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Glee recap: Rolling Right Along

Glee returns and gives greater insight into Sue and Artie, while Finn, Quinn, and Puck have money issues

Posted on

Carin Baer/Fox


TV Show
Current Status:
In Season
run date:
Jane Lynch, Lea Michele, Matthew Morrison, Chris Colfer
Comedy, Music

Well? Worth the three-week wait, right? Coming off that momentum-muffling fall break — thanks to the jocks who hijacked Fox with the World Series — Glee offered up the fittingly titled ”Wheels.” Not just because that was Sue’s un-PC name for wheelchair-bound Artie (the focus of the episode), but because the musical comedy quickly got back on a roll. For the second straight episode, we were treated to a new side of Sue. We watched Artie stick up for himself, Rachel save father-to-be Finn, and Puck turn into a criminally good baker and turn on his best bud, Finn. We also witnessed a dandy of a ”diva-off” between Kurt and Rachel. (More of these in coming weeks, please.) Clearly, this emotional episode gave us lots of material to recap, so stop dancing with yourself and start scrolling.

Sue Sylvester… Super Sister?

Last week we saw the romantic side of the Cheerios’ marvelously militant leader, and it was like someone opened a window on this character just a crack. This week, though, it was if someone punched it out entirely, allowing a gust of humanity to come rushing in.

The episode began, however, with Sue as her usual merciless self. Her response to Blog Boy Jacob’s assertion that she booted Quinn off Cheerios because Quinn was preggers? ”If I have a pregnant girl doing a handspring into a double layout, the judges aren’t going to be admiring her impeccable form, they’re going to be wondering if the centrifugal force is going to make the baby’s head start crowning.” (Okay. And ewww.) She was less than enthused about Figgins’ order to hold open tryouts for the vacant Cheerios spot, noting that ”as soon as a cheerleader rolls herself out onto the field in a wheelchair, she becomes decidedly less effective at cheering people up. Just a fact.” Not surprisingly, during tryouts, she Simon Cowell-ed the candidates, calling one hyper-limber hoopster a ”freak.” (Crab-dude, you made my fictional squad.) But when the last hopeful, a girl with Down Syndrome named Becky, demonstrated feeble jump-rope skills, Sue gave her the thumbs-up. Wha? ”I’m just following orders,” she shrugged to a highly skeptical Will.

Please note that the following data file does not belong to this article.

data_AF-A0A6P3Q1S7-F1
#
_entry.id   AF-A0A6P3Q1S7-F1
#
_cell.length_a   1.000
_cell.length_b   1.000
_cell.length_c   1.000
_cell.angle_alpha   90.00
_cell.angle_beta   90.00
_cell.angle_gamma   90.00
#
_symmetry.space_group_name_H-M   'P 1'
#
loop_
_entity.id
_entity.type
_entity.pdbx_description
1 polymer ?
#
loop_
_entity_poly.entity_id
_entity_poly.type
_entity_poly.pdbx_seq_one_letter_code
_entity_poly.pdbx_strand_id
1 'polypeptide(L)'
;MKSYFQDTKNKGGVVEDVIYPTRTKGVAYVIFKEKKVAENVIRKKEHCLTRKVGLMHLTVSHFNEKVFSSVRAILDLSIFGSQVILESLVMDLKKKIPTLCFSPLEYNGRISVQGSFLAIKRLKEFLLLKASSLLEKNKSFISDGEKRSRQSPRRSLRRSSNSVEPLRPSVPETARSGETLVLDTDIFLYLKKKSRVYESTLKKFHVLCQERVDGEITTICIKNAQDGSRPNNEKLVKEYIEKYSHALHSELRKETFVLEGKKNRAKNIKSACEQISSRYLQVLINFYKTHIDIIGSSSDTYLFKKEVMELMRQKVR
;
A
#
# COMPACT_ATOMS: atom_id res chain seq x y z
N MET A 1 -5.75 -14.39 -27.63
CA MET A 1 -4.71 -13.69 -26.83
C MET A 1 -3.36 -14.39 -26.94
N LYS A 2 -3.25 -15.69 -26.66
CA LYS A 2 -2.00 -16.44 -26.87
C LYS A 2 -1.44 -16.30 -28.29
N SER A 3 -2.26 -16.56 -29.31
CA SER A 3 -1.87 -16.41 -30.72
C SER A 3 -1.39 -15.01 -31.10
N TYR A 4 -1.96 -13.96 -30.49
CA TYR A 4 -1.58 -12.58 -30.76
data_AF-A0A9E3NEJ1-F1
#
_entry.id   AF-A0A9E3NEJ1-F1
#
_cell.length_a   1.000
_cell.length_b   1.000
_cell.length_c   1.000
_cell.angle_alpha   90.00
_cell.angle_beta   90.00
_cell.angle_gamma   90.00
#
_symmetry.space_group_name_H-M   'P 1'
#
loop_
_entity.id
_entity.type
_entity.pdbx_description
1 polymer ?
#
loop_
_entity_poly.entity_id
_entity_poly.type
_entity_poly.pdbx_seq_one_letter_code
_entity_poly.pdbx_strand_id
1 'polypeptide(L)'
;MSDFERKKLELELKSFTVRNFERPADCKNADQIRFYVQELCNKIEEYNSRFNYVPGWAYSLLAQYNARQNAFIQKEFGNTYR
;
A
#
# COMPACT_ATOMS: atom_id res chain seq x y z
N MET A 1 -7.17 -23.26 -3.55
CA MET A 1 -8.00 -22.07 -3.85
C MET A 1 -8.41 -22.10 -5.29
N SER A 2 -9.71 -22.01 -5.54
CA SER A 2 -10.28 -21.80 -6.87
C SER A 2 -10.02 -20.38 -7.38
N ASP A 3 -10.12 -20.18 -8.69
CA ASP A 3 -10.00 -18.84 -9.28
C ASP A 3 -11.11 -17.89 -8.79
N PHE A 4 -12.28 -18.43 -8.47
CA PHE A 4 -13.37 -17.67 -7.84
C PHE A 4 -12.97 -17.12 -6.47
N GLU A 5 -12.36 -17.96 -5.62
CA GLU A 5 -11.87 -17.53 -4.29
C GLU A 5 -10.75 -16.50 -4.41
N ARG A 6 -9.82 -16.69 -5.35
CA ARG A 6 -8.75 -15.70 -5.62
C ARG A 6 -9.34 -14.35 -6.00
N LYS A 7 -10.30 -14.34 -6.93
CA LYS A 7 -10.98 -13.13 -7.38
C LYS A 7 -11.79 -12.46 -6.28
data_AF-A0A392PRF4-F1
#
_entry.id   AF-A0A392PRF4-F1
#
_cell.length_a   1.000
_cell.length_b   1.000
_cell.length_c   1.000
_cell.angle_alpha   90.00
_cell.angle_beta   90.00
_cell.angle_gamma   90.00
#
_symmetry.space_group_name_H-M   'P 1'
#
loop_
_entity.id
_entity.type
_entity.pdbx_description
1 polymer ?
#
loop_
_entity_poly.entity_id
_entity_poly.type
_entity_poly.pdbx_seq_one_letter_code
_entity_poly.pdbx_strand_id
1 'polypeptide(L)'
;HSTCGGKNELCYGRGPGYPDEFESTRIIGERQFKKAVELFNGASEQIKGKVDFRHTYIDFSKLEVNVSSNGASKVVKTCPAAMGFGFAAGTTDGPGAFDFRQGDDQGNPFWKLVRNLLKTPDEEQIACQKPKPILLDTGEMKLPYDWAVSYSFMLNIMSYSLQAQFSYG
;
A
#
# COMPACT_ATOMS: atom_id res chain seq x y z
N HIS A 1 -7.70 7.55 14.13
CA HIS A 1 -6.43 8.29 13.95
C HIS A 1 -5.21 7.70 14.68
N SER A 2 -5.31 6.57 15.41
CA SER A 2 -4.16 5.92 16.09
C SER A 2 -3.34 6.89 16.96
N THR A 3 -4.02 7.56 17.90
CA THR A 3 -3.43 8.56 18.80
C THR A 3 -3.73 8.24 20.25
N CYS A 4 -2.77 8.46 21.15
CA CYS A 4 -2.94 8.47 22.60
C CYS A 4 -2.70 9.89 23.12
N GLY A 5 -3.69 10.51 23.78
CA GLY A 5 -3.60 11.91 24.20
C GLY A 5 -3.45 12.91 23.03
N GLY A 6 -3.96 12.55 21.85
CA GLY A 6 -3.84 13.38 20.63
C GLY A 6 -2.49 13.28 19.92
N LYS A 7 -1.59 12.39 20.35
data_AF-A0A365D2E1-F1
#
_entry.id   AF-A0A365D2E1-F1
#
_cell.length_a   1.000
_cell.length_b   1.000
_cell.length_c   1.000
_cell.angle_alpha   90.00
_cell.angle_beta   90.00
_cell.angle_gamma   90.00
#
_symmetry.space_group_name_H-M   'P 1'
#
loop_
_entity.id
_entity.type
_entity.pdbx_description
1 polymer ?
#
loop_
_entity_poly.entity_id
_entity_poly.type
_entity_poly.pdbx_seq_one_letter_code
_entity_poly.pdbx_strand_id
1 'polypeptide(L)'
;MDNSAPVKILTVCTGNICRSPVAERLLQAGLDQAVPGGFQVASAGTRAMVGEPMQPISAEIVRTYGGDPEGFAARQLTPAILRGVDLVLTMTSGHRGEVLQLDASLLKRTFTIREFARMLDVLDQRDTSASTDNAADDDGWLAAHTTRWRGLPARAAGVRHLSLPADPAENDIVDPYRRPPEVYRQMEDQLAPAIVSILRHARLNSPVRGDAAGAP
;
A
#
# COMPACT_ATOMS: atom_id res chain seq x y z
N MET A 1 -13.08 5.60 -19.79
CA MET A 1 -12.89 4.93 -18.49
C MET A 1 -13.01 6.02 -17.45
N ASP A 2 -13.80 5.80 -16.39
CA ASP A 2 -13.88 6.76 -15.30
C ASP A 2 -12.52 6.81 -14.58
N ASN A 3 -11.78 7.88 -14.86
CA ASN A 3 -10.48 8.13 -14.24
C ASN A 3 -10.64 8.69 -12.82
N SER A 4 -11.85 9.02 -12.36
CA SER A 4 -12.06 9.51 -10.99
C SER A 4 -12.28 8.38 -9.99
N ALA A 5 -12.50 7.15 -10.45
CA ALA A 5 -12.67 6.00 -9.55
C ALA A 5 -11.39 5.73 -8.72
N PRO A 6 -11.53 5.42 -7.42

Cut to Becky in boot camp. ”Those better be tears of joy, Becky! Faster! Harder!” barked Sue, a ”Bring It On” poster hanging in the background. When Becky shared that this was hard work, Sue shot back: ”You think this is hard? Try auditioning for Baywatch and being told that they’re going in another direction.” (No cut-away to that failed audition? Boo!) None of this tough stuff sat well with Will. ”You’re asking me to treat this girl differently because she has a disability,” said Sue, ”when actually it seems to me she just wants to be treated like everybody else.” Will was consumed with figuring out Sue’s angle, especially when he learned that she cut a check to buy new wheelchair ramps for McKinley. (His crusade came off as more grating than noble.) Of course, when Sue told Will, ”You don’t know the first thing about me,” we were being set up for a major Sue-prise: Turns out she’d been visiting an assisted living facility to spend time with her big sister, Jean, who has… Down Syndrome. She sweetly gave Jean a pom-pom, pulled out Little Red Riding Hood, and asked ”Want to start at the beginning?” Oh, yes, Jean did. As they held hands, Sue warmly read to her. POW! Sentimental sucker punch!

A little manipulative? Probably. But I didn’t care in that glorious moment. I’ll be curious to see how Glee handles Sue in coming weeks, though. It’s a rush to get a breakthrough moment like that, but hopefully the writers won’t yield to tender temptation too often or our Sue might lose her dictatorial swagger.

NEXT: Daddy love